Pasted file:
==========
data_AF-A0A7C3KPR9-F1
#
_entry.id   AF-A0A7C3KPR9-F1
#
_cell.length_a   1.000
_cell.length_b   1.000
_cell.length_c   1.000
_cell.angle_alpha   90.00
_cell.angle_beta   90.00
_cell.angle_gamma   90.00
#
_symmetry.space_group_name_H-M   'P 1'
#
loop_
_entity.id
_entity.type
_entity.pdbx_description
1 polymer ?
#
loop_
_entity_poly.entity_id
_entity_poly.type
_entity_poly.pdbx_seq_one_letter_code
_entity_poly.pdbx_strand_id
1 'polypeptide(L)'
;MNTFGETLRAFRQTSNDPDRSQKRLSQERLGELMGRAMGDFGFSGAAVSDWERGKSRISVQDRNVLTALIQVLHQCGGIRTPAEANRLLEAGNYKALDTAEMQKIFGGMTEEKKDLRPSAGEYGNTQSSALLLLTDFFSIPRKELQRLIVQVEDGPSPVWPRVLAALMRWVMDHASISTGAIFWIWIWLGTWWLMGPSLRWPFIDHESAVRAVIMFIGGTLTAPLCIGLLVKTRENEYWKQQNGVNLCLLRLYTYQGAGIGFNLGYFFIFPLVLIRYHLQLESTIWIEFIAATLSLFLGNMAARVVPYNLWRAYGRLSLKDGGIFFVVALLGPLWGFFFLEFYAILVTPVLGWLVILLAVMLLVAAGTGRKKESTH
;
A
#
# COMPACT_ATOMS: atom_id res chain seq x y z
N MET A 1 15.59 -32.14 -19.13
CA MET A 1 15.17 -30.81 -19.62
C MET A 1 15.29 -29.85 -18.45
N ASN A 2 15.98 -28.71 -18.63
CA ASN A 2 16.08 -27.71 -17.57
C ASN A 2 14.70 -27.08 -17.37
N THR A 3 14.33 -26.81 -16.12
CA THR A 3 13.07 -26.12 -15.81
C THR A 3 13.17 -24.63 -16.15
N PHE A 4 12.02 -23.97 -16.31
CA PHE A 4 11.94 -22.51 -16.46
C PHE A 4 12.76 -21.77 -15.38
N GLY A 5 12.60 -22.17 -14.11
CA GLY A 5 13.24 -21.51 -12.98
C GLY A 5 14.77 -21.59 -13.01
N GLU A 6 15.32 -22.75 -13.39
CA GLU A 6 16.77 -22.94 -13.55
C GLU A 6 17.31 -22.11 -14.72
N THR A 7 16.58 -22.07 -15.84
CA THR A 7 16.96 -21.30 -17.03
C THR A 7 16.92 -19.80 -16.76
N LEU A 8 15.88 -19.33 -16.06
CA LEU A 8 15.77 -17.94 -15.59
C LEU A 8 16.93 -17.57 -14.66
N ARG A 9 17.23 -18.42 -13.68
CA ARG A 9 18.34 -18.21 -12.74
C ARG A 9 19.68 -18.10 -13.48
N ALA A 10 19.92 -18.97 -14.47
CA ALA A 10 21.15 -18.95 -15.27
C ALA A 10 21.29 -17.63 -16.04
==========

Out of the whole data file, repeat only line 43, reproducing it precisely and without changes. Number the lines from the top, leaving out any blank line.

N GLY A 5 12.60 -22.17 -14.11